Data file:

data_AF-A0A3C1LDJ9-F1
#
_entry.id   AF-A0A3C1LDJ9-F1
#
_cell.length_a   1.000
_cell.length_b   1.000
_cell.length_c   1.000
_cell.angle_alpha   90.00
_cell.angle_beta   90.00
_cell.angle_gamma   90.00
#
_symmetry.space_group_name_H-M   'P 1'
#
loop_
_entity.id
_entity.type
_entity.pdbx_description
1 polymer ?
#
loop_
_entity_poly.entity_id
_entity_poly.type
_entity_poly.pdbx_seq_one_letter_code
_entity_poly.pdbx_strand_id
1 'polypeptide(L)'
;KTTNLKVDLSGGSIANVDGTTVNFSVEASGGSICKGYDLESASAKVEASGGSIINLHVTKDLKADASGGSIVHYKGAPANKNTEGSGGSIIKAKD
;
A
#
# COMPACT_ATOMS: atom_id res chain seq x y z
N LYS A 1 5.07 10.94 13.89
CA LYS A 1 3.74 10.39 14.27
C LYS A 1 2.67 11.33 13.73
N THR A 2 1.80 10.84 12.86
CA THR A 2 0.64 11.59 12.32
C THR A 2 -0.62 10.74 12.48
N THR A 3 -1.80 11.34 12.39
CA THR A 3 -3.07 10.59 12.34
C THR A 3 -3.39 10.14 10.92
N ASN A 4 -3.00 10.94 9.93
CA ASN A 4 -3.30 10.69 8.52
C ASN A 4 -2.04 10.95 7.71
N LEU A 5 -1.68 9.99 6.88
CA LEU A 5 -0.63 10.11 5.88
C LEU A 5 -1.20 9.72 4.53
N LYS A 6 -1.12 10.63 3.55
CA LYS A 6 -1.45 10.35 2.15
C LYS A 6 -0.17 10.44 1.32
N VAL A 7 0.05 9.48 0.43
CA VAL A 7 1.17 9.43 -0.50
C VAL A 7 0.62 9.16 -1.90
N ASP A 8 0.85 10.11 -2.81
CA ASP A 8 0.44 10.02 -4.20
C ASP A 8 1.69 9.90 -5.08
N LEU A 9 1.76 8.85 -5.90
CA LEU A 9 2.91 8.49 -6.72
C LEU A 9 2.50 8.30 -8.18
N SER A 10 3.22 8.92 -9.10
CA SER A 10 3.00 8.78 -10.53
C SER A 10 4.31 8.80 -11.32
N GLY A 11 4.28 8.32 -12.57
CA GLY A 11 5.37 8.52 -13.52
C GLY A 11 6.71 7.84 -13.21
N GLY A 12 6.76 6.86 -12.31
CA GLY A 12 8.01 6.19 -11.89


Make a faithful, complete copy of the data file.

data_AF-A0A3C1LDJ9-F1
#
_entry.id   AF-A0A3C1LDJ9-F1
#
_cell.length_a   1.000
_cell.length_b   1.000
_cell.length_c   1.000
_cell.angle_alpha   90.00
_cell.angle_beta   90.00
_cell.angle_gamma   90.00
#
_symmetry.space_group_name_H-M   'P 1'
#
loop_
_entity.id
_entity.type
_entity.pdbx_description
1 polymer ?
#
loop_
_entity_poly.entity_id
_entity_poly.type
_entity_poly.pdbx_seq_one_letter_code
_entity_poly.pdbx_strand_id
1 'polypeptide(L)'
;KTTNLKVDLSGGSIANVDGTTVNFSVEASGGSICKGYDLESASAKVEASGGSIINLHVTKDLKADASGGSIVHYKGAPANKNTEGSGGSIIKAKD
;
A
#
# COMPACT_ATOMS: atom_id res chain seq x y z
N LYS A 1 5.07 10.94 13.89
CA LYS A 1 3.74 10.39 14.27
C LYS A 1 2.67 11.33 13.73
N THR A 2 1.80 10.84 12.86
CA THR A 2 0.64 11.59 12.32
C THR A 2 -0.62 10.74 12.48
N THR A 3 -1.80 11.34 12.39
CA THR A 3 -3.07 10.59 12.34
C THR A 3 -3.39 10.14 10.92
N ASN A 4 -3.00 10.94 9.93
CA ASN A 4 -3.30 10.69 8.52
C ASN A 4 -2.04 10.95 7.71
N LEU A 5 -1.68 9.99 6.88
CA LEU A 5 -0.63 10.11 5.88
C LEU A 5 -1.20 9.72 4.53
N LYS A 6 -1.12 10.63 3.55
CA LYS A 6 -1.45 10.35 2.15
C LYS A 6 -0.17 10.44 1.32
N VAL A 7 0.05 9.48 0.43
CA VAL A 7 1.17 9.43 -0.50
C VAL A 7 0.62 9.16 -1.90
N ASP A 8 0.85 10.11 -2.81
CA ASP A 8 0.44 10.02 -4.20
C ASP A 8 1.69 9.90 -5.08
N LEU A 9 1.76 8.85 -5.90
CA LEU A 9 2.91 8.49 -6.72
C LEU A 9 2.50 8.30 -8.18
N SER A 10 3.22 8.92 -9.10
CA SER A 10 3.00 8.78 -10.53
C SER A 10 4.31 8.80 -11.32
N GLY A 11 4.28 8.32 -12.57
CA GLY A 11 5.37 8.52 -13.52
C GLY A 11 6.71 7.84 -13.21
N GLY A 12 6.76 6.86 -12.31
CA GLY A 12 8.01 6.19 -11.89